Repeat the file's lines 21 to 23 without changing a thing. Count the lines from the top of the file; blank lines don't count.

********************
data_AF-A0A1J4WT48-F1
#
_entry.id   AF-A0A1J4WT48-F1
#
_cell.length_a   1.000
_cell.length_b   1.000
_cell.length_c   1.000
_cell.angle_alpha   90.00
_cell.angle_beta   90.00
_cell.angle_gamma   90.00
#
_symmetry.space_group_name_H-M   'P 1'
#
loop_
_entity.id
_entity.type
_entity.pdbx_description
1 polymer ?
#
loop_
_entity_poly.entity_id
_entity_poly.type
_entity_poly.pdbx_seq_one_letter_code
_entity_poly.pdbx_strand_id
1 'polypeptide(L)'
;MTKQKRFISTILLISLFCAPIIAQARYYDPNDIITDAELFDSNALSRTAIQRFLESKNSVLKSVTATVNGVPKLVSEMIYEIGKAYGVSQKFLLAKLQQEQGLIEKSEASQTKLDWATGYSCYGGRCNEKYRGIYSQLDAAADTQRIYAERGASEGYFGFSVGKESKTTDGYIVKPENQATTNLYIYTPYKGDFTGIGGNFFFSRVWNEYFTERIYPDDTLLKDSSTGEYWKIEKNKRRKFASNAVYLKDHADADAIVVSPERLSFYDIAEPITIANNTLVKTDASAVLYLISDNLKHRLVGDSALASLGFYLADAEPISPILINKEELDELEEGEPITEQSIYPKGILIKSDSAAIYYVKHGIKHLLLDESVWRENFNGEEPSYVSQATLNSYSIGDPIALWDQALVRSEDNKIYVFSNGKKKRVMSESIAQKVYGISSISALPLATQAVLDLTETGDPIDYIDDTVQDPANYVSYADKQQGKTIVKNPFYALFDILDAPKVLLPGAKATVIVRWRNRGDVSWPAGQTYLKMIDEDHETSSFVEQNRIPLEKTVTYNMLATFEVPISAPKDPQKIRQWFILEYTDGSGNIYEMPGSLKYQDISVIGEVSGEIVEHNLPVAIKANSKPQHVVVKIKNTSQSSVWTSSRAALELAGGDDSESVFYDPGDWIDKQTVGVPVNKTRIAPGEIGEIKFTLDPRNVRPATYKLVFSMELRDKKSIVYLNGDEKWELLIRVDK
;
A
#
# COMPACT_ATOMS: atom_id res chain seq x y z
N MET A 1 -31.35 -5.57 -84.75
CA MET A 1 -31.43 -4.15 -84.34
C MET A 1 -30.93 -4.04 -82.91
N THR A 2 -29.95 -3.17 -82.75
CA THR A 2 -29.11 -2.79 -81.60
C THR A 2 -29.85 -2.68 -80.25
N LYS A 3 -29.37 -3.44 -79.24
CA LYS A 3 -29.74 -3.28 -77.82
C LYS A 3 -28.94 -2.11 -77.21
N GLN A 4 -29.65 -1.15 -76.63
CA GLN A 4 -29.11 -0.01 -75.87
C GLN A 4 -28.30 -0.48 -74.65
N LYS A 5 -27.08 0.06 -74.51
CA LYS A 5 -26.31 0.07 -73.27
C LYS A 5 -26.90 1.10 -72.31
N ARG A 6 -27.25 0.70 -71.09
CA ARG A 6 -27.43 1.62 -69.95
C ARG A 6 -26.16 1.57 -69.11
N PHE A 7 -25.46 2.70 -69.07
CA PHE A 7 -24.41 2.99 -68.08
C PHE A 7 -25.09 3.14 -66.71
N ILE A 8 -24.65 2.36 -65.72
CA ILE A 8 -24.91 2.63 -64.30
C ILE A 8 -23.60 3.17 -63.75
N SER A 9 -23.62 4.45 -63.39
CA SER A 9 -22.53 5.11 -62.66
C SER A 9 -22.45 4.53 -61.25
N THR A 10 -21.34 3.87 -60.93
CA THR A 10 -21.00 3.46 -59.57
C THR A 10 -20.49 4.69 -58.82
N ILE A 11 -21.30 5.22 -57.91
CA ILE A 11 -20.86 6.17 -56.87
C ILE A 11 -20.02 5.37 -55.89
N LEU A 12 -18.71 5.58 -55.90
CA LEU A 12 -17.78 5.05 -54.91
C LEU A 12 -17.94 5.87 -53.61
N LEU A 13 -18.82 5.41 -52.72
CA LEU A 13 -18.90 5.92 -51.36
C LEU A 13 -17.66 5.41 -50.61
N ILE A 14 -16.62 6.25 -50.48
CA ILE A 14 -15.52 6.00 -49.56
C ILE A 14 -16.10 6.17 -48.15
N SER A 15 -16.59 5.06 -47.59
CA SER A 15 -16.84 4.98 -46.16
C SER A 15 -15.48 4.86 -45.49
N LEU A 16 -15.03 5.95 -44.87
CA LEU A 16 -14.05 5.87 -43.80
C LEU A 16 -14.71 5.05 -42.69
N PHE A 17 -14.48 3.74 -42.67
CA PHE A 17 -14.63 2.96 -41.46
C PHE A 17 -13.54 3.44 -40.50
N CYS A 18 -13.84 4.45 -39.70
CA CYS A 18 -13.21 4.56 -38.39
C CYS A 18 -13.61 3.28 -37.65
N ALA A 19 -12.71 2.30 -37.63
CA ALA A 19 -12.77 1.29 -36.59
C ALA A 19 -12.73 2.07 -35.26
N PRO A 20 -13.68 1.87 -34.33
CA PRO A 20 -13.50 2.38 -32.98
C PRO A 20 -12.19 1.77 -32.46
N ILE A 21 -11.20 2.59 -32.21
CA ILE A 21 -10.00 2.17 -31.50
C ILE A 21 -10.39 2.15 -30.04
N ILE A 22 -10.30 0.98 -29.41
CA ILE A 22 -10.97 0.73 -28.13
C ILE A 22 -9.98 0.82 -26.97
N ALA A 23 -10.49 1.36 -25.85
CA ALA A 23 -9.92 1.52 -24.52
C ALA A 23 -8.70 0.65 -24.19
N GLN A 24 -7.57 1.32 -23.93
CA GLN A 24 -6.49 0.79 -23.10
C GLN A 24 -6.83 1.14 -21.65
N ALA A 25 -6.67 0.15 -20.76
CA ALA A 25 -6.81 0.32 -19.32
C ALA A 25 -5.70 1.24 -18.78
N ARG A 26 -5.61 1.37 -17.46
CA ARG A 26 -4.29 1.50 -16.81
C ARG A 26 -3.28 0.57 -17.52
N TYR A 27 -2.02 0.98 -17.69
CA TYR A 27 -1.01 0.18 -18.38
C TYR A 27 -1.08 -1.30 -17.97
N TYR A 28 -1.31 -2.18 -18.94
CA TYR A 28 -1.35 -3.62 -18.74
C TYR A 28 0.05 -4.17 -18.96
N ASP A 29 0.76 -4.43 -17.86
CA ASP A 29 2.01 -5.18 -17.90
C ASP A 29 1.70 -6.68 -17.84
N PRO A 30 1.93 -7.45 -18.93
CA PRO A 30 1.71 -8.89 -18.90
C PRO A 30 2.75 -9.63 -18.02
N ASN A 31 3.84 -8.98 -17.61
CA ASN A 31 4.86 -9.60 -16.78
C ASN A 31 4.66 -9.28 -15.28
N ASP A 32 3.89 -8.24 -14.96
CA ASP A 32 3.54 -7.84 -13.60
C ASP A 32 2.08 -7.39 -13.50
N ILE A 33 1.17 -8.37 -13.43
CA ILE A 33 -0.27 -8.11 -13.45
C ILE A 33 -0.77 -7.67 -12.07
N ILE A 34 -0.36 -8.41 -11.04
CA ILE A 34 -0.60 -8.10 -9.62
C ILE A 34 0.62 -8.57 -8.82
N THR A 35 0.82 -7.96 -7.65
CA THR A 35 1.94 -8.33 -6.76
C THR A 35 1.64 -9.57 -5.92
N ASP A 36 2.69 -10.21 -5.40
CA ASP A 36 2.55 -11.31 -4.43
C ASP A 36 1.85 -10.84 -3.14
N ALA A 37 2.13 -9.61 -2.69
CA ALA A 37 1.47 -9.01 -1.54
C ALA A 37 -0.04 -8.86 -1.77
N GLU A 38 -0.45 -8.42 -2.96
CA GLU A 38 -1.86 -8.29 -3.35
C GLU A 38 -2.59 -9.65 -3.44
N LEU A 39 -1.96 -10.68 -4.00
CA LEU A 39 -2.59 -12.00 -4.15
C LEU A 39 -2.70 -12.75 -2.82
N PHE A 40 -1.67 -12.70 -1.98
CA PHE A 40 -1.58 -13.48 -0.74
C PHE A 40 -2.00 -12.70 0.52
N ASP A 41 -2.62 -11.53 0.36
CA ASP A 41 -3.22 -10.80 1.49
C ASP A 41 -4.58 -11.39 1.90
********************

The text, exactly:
_entity_poly.entity_id
_entity_poly.type
_entity_poly.pdbx_seq_one_letter_code